, especially during times of crisis, such as the period following the COVID-19 outbreak. And policymakers can use these results to establish better surveillance/monitoring systems to prevent, reduce, and even predict increases in domestic violence.
Koksal collaborated with former colleague Dr Ebru Sanliturk (Max Planck Institute for Demographic Studies) and consulted with former Bocconi scholar Valentina Rotondi (SUPSI and University of Oxford), who is working on a Similar topic to Bocconi alumnus Luca Maria Pesando (McGill University). They joined forces and analyzed the relationship between Google searching for nine keywords related to domestic violence on the one hand and calling the Italian domestic violence helpline 1522 on the other hand and the emergency number on the other. 112 in Lombardy.
The keywords chosen were: 1522 (family violence helpline number in Italy), abuse (abuso), family and abuse (casa & abuso), family and rape (casa & stupro) , feminicide (femminicidio), rape (stupro), family violence (violenza domestica), gender-based violence (violenza di genere) and sexual violence (violenza sessuale).
The basic idea of the study is that the Internet – and specifically Google – can raise concerns ranging from media to anonymity about abusive partners and relevant information gathering. Calls to the helpline (1522) measure potential risk of domestic violence, while calls to emergency numbers measure actual violence.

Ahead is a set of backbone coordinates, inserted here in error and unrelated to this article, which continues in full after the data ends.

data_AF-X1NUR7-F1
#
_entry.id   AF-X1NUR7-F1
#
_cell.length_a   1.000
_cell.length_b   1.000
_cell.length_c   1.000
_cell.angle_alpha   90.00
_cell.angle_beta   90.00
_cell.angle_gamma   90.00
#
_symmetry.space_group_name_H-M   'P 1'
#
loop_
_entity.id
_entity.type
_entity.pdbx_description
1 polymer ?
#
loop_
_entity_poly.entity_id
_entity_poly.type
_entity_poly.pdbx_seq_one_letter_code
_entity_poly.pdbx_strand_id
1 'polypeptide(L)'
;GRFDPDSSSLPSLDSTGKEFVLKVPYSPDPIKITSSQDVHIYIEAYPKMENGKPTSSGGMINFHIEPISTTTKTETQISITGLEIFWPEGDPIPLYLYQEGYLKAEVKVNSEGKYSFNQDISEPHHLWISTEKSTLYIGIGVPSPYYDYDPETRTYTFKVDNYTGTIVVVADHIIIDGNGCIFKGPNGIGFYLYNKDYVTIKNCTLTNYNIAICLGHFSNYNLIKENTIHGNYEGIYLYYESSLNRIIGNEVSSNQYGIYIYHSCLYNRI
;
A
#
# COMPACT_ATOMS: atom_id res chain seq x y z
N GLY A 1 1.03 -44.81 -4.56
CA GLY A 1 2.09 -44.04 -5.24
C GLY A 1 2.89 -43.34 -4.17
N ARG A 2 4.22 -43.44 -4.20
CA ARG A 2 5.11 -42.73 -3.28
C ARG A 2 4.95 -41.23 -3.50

The frequency of queries for the keywords 1522, women’s violence, domestic violence, and gender-based violence was consistently positively and significantly correlated with helpline calls over the entire period. investigated period (2013-2020), with a time delay between search and call of approximately one week.
Their predictability increased after the COVID-19 outbreak, when traditional help mechanisms became less accessible.
Online searches only help predict actual violence in crisis situations. Only after the COVID-19 outbreak, in fact, was there a significant and positive correlation between searches for the four keywords (1522, abuse, domestic violence, and sexual violence) and calls to the emergency number.
Finally, the authors observe a disturbing socioeconomic divide. “The projections proved to be more reliable for populations with high socioeconomic status, because they outperformed other socioeconomic classes on Google in the context of This may prevent them from accessing the correct online resources to seek help.”
The authors advise policymakers to monitor domestic violence-related searches and accordingly strengthen their support activities, while strengthening services where and when searches become available. more often while raising awareness through the media. Koksal concludes: “They can also intervene on behalf of disadvantaged people, by promoting Internet literacy and, in the short term, persuading Google to display domestic violence support services in the community. number of top results as it did in the US.”